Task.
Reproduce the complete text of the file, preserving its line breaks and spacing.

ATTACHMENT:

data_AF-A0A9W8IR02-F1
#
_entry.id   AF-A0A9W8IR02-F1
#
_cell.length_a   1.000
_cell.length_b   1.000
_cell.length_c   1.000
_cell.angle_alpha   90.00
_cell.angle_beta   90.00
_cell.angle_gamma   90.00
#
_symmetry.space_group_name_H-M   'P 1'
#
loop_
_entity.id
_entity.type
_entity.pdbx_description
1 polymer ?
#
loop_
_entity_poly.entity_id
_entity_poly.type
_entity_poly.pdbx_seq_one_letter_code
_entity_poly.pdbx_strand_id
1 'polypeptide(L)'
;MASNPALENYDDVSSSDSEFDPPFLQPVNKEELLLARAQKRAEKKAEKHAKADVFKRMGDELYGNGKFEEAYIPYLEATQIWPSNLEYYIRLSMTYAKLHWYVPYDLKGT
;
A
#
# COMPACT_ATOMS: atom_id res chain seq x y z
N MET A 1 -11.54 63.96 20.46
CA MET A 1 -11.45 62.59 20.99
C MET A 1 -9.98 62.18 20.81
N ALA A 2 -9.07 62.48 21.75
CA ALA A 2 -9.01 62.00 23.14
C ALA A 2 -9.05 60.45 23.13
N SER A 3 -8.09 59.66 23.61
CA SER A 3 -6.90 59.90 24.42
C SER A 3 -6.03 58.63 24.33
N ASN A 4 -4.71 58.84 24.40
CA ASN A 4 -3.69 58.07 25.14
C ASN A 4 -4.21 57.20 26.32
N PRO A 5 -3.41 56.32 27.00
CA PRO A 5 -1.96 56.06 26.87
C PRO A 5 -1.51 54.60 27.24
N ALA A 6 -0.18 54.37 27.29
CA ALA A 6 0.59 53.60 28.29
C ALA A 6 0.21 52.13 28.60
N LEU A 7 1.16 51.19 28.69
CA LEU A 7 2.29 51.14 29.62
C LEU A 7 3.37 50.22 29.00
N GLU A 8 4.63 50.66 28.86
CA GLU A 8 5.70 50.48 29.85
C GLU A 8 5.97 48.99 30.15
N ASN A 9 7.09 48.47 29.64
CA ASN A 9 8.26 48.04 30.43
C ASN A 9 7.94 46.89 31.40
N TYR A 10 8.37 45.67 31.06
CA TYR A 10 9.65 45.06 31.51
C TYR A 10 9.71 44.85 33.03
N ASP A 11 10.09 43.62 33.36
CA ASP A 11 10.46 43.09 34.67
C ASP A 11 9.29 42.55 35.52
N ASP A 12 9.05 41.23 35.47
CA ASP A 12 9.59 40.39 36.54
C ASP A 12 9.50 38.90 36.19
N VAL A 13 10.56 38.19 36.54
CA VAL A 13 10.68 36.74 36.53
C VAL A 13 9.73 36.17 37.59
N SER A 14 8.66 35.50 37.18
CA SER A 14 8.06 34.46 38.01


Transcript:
data_AF-A0A9W8IR02-F1
#
_entry.id   AF-A0A9W8IR02-F1
#
_cell.length_a   1.000
_cell.length_b   1.000
_cell.length_c   1.000
_cell.angle_alpha   90.00
_cell.angle_beta   90.00
_cell.angle_gamma   90.00
#
_symmetry.space_group_name_H-M   'P 1'
#
loop_
_entity.id
_entity.type
_entity.pdbx_description
1 polymer ?
#
loop_
_entity_poly.entity_id
_entity_poly.type
_entity_poly.pdbx_seq_one_letter_code
_entity_poly.pdbx_strand_id
1 'polypeptide(L)'
;MASNPALENYDDVSSSDSEFDPPFLQPVNKEELLLARAQKRAEKKAEKHAKADVFKRMGDELYGNGKFEEAYIPYLEATQIWPSNLEYYIRLSMTYAKLHWYVPYDLKGT
;
A
#
# COMPACT_ATOMS: atom_id res chain seq x y z
N MET A 1 -11.54 63.96 20.46
CA MET A 1 -11.45 62.59 20.99
C MET A 1 -9.98 62.18 20.81
N ALA A 2 -9.07 62.48 21.75
CA ALA A 2 -9.01 62.00 23.14
C ALA A 2 -9.05 60.45 23.13
N SER A 3 -8.09 59.66 23.61
CA SER A 3 -6.90 59.90 24.42
C SER A 3 -6.03 58.63 24.33
N ASN A 4 -4.71 58.84 24.40
CA ASN A 4 -3.69 58.07 25.14
C ASN A 4 -4.21 57.20 26.32
N PRO A 5 -3.41 56.32 27.00
CA PRO A 5 -1.96 56.06 26.87
C PRO A 5 -1.51 54.60 27.24
N ALA A 6 -0.18 54.37 27.29
CA ALA A 6 0.59 53.60 28.29
C ALA A 6 0.21 52.13 28.60
N LEU A 7 1.16 51.19 28.69
CA LEU A 7 2.29 51.14 29.62
C LEU A 7 3.37 50.22 29.00
N GLU A 8 4.63 50.66 28.86
CA GLU A 8 5.70 50.48 29.85
C GLU A 8 5.97 48.99 30.15
N ASN A 9 7.09 48.47 29.64
CA ASN A 9 8.26 48.04 30.43
C ASN A 9 7.94 46.89 31.40
N TYR A 10 8.37 45.67 31.06
CA TYR A 10 9.65 45.06 31.51
C TYR A 10 9.71 44.85 33.03
N ASP A 11 10.09 43.62 33.36
CA ASP A 11 10.46 43.09 34.67
C ASP A 11 9.29 42.55 35.52
N ASP A 12 9.05 41.23 35.47
CA ASP A 12 9.59 40.39 36.54
C ASP A 12 9.50 38.90 36.19
N VAL A 13 10.56 38.19 36.54
CA VAL A 13 10.68 36.74 36.53
C VAL A 13 9.73 36.17 37.59
N SER A 14 8.66 35.50 37.18
CA SER A 14 8.06 34.46 38.01